Small ISP Crushes Spammer In Court

When millions of unsolicited e-mails wreaked havoc on an Iowa business owner's small ISP company, he didn't take it lightly. After tracking down the source of the spam, Robert Kramer III, owner and operator of CIS Internet Services, sued and won an $11.2 billion judgment on Dec. 23, 2005, in an Iowa federal court. The massive award comes just two years after he won a $1 billion judgment against three marketing companies that flooded his servers with spam in 2003. His recent victory against Miami-based spammer James McCalla is the largest judgment ever in an anti-spam suit. It sent a cheer through the ISP community and a warning to companies that use e-mail marketing.

While many ISPs had hoped the 2004 enactment of the Controlling the Assault of Non-Solicited Pornography and Marketing Act (CAN-SPAM) would reduce spam, Kramer's case exemplifies that it's still a problem.

"The fact that the court was willing to recognize that McCalla sent hundreds of millions of unsolicited e-mails certainly spotlights the scale of the problem, especially to a small ISP such as Kramer," says Kelly Wallace, a partner at Atlanta-based Wellborn & Wallace, who represented CIS. "Hopefully, when something like this happens it helps spammers go into another line of work."

I-CAN-SPAM

While CIS's courtroom victory may be a sign of a crackdown on those who flout anti-spamming laws, CIS's situation highlights the disturbing ease with which spammers can disrupt companies' operations.

McCalla simply purchased a CD-ROM titled "Bulk Mailing 4 Dummies," which contained millions of e-mail addresses. Nearly all of them were fake, but processing the messages he sent to illegitimate addresses consumed a huge amount of CIS's computer resources. The 2.8 million spam advertisements jammed CIS's servers, created technical problems and resulted in the loss of customers.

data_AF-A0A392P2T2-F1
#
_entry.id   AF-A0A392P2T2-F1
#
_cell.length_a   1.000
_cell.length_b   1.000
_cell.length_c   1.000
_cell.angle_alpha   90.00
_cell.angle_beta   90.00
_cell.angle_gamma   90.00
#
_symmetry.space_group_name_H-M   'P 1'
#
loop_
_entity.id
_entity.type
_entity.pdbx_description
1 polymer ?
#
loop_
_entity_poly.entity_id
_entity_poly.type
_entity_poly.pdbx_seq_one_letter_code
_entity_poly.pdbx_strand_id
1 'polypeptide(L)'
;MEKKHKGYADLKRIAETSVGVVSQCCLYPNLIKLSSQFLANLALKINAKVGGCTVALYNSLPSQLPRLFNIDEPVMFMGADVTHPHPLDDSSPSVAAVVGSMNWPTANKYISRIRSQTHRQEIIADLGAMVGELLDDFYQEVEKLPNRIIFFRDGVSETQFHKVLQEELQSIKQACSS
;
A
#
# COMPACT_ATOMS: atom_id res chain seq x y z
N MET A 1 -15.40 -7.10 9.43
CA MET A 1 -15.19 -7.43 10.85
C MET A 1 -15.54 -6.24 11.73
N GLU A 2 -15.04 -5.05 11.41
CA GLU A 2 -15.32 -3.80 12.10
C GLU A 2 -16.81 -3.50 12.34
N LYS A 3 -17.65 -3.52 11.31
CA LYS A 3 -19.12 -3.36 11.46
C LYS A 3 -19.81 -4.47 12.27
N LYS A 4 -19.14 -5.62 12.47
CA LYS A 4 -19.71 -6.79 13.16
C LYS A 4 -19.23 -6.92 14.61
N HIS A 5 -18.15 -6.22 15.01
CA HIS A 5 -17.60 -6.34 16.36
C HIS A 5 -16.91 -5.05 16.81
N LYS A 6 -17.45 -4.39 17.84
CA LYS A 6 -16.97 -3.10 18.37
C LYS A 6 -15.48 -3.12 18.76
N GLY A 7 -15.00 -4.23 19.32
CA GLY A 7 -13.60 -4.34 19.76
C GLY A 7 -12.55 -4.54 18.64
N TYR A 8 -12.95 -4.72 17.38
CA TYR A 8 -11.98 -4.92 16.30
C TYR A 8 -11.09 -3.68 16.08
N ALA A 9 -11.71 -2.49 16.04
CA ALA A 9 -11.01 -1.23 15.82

While Kramer's relentless legal battle paid off, other companies may have less success fighting spammers in court.

Only the FTC, state attorneys general and ISPs are allowed to bring suit under CAN-SPAM, leaving corporations somewhat helpless if mass e-mails are bogging down their operations. Although corporations that operate interoffice e-mail servers are ISPs for purposes of CAN-SPAM, most experts believe the cost of going to court isn't worth it.

"If I were the GC for a company that maintains a mail server that was flooded with spam, I wouldn't take legal actions," says Anne Mitchell, president and CEO of the California-based consulting group Institute for Spam and Internet Public Policy. "Your resources are much better focused getting more effective anti-spam technology."

Becoming The Enemy

While businesses may just have to deal with obnoxious e-mails, legal departments should ensure that their companies don't become part of the problem.

"Hiring an e-mail marketer carries the same liability that tortious hiring of any employee does," Wallace says. "Corporations need to ensure that they're only working with e-mail marketers that run a legal and legitimate operation."

Mitchell agrees. "The problem is that marketing departments say 'we've got this great idea for our campaign. Let's e-mail everyone who has ever bought anything from us.'"

Not only could marketing departments' actions violate anti-spamming laws, but using your customers' e-mail addresses is just bad business. According to a poll Slashdot.com conducted, business-relationship spam, the form of spam you get when companies you deal with add you to their mailing lists, is consumers' "most hated" form of spam.

Sara Radicati, president and CEO of The Radicati Group Inc., a technology market research firm, says the simplest way to avoid being sued for spamming is giving recipients of any e-mail marketing the option to discontinue receiving messages, and regularly ensuring that your opt-in lists are accurate and up to date.

staff Writer

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